When covalent bonds are formed between atoms of different electronegativities the result is that the shared electrons skew more toward one atom than the other. The resulting molecule is a dipole: the more electronegative atom in the bond gains a partial negative charge while the less electronegative atom becomes partially positive. The resulting bond is called a polar covalent bond. In Lewis structures, a cross-ended arrow is used to represent such polar bonds, with the arrow pointing to the more electronegative element. Partial charge symbols δ + and δ - are used to represent polarity.

Figure %: Illustrating polar covalent bonds in HCl and Ammonium

Dipole Moment

Molecules with polar covalent bonds can result in molecules with overall polar attributes. The measure of the overall polarity of a molecule is called the dipole moment. As the value of the dipole moment increases, so does the polarity of the molecule.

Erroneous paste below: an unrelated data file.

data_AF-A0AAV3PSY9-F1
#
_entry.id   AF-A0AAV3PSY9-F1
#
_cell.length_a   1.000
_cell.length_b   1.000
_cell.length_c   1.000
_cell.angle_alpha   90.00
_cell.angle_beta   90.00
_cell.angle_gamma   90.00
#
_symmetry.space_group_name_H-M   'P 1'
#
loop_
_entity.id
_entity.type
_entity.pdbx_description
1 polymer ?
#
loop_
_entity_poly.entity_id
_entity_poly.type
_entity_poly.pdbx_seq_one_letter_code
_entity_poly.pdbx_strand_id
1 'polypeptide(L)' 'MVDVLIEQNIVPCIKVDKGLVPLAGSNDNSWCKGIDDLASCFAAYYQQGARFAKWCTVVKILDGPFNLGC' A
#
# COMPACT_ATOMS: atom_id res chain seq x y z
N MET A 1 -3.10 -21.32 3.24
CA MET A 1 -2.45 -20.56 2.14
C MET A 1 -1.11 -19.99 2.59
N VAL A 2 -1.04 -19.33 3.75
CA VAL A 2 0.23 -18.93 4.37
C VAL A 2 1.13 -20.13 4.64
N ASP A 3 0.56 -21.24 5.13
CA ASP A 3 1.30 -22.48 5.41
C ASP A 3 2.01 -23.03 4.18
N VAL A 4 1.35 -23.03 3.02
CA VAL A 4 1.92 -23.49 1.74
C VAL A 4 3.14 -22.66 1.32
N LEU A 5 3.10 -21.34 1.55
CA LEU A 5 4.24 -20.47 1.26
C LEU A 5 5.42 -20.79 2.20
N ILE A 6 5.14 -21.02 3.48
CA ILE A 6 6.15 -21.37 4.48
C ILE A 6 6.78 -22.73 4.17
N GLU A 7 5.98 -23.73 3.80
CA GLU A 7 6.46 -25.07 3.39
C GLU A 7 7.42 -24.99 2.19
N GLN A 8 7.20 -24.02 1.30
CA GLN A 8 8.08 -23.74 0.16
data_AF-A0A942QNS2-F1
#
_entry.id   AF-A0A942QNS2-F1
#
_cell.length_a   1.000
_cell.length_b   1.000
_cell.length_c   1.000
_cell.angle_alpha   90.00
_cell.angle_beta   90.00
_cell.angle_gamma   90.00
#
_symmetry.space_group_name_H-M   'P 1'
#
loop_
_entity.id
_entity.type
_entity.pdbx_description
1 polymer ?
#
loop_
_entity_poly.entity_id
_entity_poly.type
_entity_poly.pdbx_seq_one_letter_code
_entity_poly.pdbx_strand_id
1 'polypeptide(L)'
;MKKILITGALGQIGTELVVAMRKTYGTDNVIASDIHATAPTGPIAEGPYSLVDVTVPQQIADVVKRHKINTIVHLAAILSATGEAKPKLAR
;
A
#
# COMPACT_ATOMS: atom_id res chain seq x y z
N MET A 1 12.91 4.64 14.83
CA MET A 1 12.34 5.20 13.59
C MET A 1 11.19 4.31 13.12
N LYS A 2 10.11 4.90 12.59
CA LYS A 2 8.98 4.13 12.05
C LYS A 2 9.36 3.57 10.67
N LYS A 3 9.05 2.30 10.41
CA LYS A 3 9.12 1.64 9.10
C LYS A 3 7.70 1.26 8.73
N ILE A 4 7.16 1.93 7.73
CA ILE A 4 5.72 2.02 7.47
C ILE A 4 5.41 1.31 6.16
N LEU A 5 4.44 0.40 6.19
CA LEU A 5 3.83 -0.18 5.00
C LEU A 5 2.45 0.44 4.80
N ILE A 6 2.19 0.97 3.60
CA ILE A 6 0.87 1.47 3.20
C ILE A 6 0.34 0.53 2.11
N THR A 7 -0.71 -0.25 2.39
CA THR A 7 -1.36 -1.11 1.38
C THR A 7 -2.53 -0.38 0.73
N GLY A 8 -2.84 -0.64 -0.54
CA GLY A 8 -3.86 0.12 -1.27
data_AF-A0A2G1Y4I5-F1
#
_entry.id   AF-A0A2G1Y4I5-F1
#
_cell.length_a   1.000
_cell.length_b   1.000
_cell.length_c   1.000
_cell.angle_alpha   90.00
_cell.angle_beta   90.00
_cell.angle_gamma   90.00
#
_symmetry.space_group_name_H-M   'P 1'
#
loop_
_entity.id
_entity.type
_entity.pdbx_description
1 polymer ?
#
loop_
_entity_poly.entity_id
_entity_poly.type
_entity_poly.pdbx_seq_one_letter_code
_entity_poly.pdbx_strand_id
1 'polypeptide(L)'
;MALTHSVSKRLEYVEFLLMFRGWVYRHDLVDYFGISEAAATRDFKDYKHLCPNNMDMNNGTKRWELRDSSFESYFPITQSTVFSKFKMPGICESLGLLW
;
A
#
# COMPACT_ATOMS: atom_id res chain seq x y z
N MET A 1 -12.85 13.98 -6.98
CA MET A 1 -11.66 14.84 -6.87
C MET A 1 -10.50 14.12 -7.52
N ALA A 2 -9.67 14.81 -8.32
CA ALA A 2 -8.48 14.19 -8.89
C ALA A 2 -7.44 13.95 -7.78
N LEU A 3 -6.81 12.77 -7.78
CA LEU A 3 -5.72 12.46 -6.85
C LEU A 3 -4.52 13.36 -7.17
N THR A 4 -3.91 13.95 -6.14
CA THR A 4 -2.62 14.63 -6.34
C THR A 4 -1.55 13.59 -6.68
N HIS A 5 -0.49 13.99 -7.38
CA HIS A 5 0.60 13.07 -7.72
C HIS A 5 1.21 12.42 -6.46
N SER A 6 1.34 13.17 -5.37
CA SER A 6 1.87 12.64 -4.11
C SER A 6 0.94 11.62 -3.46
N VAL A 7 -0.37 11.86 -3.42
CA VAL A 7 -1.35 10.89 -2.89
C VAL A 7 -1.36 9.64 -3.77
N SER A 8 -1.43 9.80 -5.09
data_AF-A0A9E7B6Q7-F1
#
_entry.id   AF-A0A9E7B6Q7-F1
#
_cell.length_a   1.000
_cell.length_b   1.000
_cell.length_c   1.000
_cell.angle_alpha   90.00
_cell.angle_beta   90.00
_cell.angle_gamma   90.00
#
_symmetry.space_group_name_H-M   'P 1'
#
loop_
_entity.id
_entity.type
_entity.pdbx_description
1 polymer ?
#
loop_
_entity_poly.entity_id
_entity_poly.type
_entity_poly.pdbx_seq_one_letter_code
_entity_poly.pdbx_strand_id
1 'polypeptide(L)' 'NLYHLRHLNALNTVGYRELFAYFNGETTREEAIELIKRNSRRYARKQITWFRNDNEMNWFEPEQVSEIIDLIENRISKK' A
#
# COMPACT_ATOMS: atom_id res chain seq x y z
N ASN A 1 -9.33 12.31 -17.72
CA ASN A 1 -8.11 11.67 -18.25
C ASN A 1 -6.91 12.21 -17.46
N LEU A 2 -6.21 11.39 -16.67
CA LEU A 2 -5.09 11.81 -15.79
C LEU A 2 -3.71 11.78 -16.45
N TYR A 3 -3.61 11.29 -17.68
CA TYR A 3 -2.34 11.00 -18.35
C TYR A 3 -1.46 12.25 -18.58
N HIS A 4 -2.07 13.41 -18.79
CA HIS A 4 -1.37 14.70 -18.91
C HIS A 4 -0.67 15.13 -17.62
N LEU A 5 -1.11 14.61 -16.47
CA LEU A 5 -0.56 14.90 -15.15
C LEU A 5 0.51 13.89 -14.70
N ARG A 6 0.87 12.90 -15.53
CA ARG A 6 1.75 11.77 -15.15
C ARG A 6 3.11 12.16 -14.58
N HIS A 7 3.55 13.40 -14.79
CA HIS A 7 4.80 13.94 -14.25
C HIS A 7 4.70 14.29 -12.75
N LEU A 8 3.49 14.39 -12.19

Formal Charge

It is possible to get an estimate of where charges in a molecule are likely to lie by inspecting its Lewis structure and assigning formal charges to specific atoms. To obtain the formal charge of an atom:

  1. Take the atom's group number.
  2. Subtract the number of lone pairs on the atom.
  3. Subtract half the number of bonding electrons.
For example, let's examine the molecule methane, seen in . Carbon is group IV; the carbon atom in methane has zero lone pairs and eight electrons involved in bonds around it. Following the steps listed above: 4 - 0 - 1/2(8) = 0. In this Lewis structure Carbon has no Formal charge.

Remember that formal charges are just a bookkeeping tool and do not necessarily represent actual charges. However, the sum of formal charges on a molecule must equal its net charge.

How to Write Lewis Structures

As you have seen throughout this section, the simplest way to represent and describe molecules is to use a Lewis structure. The Lewis structure model generally follows the octet rule and provides a framework to understand covalent bonding. Lewis structures represent valence electrons as dots and bonding electrons as lines. Lewis structures do not represent inner electrons; only valence electrons are shown.